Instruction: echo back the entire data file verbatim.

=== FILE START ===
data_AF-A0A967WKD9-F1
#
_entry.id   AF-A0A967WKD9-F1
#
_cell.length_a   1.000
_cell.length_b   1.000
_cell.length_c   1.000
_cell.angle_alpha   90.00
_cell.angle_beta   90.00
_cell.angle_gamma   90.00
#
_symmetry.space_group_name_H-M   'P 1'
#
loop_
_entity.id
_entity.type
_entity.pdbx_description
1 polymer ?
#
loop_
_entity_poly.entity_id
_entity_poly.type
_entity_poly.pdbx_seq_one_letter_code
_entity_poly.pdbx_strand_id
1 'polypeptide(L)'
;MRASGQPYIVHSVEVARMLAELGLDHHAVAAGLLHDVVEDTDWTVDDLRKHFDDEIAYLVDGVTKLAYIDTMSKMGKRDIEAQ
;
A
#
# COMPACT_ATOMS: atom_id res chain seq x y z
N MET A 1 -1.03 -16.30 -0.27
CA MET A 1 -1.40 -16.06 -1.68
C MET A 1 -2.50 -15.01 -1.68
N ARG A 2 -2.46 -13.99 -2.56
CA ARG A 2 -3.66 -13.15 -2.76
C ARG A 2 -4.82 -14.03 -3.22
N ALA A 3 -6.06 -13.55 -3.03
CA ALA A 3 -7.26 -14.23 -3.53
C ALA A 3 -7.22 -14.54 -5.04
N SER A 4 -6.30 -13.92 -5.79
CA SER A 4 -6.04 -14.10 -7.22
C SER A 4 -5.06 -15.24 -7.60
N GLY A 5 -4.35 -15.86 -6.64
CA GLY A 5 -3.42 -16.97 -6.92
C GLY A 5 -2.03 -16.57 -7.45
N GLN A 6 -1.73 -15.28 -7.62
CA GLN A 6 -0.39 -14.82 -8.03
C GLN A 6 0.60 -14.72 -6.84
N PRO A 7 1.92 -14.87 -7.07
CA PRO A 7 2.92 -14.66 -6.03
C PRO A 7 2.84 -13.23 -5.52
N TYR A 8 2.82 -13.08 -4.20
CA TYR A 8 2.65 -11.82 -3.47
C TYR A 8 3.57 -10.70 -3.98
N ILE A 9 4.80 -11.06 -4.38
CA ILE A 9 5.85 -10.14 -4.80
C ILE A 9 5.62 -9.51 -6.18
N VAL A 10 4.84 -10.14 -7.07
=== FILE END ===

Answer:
data_AF-A0A967WKD9-F1
#
_entry.id   AF-A0A967WKD9-F1
#
_cell.length_a   1.000
_cell.length_b   1.000
_cell.length_c   1.000
_cell.angle_alpha   90.00
_cell.angle_beta   90.00
_cell.angle_gamma   90.00
#
_symmetry.space_group_name_H-M   'P 1'
#
loop_
_entity.id
_entity.type
_entity.pdbx_description
1 polymer ?
#
loop_
_entity_poly.entity_id
_entity_poly.type
_entity_poly.pdbx_seq_one_letter_code
_entity_poly.pdbx_strand_id
1 'polypeptide(L)'
;MRASGQPYIVHSVEVARMLAELGLDHHAVAAGLLHDVVEDTDWTVDDLRKHFDDEIAYLVDGVTKLAYIDTMSKMGKRDIEAQ
;
A
#
# COMPACT_ATOMS: atom_id res chain seq x y z
N MET A 1 -1.03 -16.30 -0.27
CA MET A 1 -1.40 -16.06 -1.68
C MET A 1 -2.50 -15.01 -1.68
N ARG A 2 -2.46 -13.99 -2.56
CA ARG A 2 -3.66 -13.15 -2.76
C ARG A 2 -4.82 -14.03 -3.22
N ALA A 3 -6.06 -13.55 -3.03
CA ALA A 3 -7.26 -14.23 -3.53
C ALA A 3 -7.22 -14.54 -5.04
N SER A 4 -6.30 -13.92 -5.79
CA SER A 4 -6.04 -14.10 -7.22
C SER A 4 -5.06 -15.24 -7.60
N GLY A 5 -4.35 -15.86 -6.64
CA GLY A 5 -3.42 -16.97 -6.92
C GLY A 5 -2.03 -16.57 -7.45
N GLN A 6 -1.73 -15.28 -7.62
CA GLN A 6 -0.39 -14.82 -8.03
C GLN A 6 0.60 -14.72 -6.84
N PRO A 7 1.92 -14.87 -7.07
CA PRO A 7 2.92 -14.66 -6.03
C PRO A 7 2.84 -13.23 -5.52
N TYR A 8 2.82 -13.08 -4.20
CA TYR A 8 2.65 -11.82 -3.47
C TYR A 8 3.57 -10.70 -3.98
N ILE A 9 4.80 -11.06 -4.38
CA ILE A 9 5.85 -10.14 -4.80
C ILE A 9 5.62 -9.51 -6.18
N VAL A 10 4.84 -10.14 -7.07